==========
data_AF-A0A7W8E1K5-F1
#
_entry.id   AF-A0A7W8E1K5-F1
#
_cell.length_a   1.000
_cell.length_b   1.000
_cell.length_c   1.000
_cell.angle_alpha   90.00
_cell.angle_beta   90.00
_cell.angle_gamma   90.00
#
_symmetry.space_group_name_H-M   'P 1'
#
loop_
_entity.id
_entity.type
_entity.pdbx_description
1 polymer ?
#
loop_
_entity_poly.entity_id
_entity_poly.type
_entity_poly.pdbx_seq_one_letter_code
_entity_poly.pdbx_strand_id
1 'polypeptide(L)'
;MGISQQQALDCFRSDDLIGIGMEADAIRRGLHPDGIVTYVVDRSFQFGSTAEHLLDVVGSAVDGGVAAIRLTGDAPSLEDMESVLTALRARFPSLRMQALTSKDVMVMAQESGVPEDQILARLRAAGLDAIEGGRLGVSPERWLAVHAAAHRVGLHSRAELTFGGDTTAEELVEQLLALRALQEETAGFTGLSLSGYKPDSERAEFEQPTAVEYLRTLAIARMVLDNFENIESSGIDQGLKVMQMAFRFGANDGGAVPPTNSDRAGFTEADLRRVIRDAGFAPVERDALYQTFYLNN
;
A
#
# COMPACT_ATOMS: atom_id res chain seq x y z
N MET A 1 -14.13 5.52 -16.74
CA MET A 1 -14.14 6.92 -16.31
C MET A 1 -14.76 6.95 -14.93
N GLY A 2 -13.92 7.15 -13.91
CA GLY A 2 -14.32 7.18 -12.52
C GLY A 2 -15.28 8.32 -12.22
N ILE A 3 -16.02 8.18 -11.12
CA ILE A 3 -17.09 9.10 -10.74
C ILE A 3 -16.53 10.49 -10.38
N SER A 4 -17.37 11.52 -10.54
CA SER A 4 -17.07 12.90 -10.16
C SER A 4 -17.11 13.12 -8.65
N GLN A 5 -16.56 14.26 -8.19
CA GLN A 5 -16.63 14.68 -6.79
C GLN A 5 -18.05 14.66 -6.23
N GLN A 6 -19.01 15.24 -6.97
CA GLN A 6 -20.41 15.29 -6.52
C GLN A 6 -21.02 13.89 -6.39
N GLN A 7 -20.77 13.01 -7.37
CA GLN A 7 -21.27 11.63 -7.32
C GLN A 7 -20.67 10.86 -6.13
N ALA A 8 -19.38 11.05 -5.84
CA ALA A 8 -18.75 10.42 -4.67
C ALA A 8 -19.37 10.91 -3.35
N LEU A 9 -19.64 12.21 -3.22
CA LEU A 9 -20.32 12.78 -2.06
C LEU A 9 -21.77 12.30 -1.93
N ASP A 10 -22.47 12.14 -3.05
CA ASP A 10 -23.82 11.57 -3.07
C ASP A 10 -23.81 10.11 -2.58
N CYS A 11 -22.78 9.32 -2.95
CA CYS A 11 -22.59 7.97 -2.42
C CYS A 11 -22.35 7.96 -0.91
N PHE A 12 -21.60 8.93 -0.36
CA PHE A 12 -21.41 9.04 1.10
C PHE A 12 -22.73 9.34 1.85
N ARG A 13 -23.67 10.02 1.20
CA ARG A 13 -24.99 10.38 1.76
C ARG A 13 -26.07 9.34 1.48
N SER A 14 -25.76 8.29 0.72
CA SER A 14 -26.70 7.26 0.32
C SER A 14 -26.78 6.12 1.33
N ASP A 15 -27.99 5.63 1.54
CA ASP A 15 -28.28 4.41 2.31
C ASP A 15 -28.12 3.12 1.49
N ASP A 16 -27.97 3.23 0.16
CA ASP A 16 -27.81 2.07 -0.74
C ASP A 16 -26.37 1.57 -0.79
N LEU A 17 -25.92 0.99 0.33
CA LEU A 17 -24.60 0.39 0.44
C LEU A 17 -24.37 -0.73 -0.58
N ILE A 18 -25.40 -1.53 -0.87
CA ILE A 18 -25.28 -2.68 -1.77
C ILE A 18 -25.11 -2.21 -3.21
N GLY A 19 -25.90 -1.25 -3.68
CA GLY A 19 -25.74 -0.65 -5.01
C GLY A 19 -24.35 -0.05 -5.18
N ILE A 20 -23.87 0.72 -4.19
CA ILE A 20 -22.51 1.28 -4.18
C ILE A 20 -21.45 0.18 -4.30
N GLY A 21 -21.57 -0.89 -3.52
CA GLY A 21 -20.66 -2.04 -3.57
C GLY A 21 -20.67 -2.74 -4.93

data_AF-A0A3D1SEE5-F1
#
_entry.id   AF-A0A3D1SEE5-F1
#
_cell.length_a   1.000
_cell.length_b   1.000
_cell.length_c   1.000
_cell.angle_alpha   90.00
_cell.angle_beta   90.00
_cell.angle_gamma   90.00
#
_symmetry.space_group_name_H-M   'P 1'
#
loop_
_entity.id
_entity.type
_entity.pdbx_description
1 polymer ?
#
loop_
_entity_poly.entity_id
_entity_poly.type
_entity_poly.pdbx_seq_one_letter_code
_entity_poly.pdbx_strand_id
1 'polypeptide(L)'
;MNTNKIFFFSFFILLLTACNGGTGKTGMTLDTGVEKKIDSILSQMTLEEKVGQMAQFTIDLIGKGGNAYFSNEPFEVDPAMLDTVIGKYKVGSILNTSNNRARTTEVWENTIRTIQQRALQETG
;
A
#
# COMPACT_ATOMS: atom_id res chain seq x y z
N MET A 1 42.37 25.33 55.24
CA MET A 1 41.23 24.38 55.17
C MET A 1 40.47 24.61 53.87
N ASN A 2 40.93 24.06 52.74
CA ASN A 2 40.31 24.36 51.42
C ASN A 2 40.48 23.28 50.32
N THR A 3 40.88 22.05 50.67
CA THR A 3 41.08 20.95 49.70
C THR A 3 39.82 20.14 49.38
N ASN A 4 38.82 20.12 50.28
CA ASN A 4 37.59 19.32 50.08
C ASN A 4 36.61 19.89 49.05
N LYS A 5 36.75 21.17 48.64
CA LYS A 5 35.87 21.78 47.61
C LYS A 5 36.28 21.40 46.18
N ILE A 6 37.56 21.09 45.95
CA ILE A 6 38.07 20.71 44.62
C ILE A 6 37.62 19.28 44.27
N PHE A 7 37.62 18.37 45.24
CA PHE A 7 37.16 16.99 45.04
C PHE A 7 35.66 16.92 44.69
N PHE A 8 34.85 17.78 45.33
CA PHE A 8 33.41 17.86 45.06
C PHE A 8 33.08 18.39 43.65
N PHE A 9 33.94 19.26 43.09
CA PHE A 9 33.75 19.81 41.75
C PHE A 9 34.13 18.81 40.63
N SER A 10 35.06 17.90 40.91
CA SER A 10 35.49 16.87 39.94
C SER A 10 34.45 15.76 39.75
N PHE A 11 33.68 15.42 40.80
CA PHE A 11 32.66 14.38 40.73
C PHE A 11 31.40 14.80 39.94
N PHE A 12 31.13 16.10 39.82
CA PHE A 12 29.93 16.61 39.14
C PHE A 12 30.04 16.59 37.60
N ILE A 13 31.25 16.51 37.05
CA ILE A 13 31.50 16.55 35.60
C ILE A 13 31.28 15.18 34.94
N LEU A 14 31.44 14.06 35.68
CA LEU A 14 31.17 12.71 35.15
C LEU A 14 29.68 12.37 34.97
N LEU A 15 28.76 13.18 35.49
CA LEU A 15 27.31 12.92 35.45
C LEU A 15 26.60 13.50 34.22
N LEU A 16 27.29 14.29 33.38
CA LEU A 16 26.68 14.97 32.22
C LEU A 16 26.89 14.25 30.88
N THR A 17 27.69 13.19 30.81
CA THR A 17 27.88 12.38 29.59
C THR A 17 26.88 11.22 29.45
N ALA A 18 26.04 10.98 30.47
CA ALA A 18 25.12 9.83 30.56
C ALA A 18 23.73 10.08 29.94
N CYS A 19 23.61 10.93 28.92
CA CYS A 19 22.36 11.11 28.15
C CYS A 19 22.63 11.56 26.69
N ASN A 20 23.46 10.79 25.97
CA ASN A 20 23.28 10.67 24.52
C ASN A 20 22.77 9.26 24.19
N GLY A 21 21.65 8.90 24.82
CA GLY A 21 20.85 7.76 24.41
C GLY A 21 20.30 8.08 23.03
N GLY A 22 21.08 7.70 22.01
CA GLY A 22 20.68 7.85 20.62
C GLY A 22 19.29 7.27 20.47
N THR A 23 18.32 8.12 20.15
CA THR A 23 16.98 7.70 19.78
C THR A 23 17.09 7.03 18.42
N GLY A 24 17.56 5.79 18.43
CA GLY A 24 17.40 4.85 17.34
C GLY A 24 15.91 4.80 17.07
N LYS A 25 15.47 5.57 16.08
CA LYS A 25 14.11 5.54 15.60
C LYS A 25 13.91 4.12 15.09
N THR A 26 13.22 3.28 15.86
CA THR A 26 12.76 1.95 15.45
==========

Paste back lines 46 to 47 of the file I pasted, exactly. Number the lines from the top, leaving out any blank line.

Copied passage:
N GLN A 6 -19.01 15.24 -6.97
CA GLN A 6 -20.41 15.29 -6.52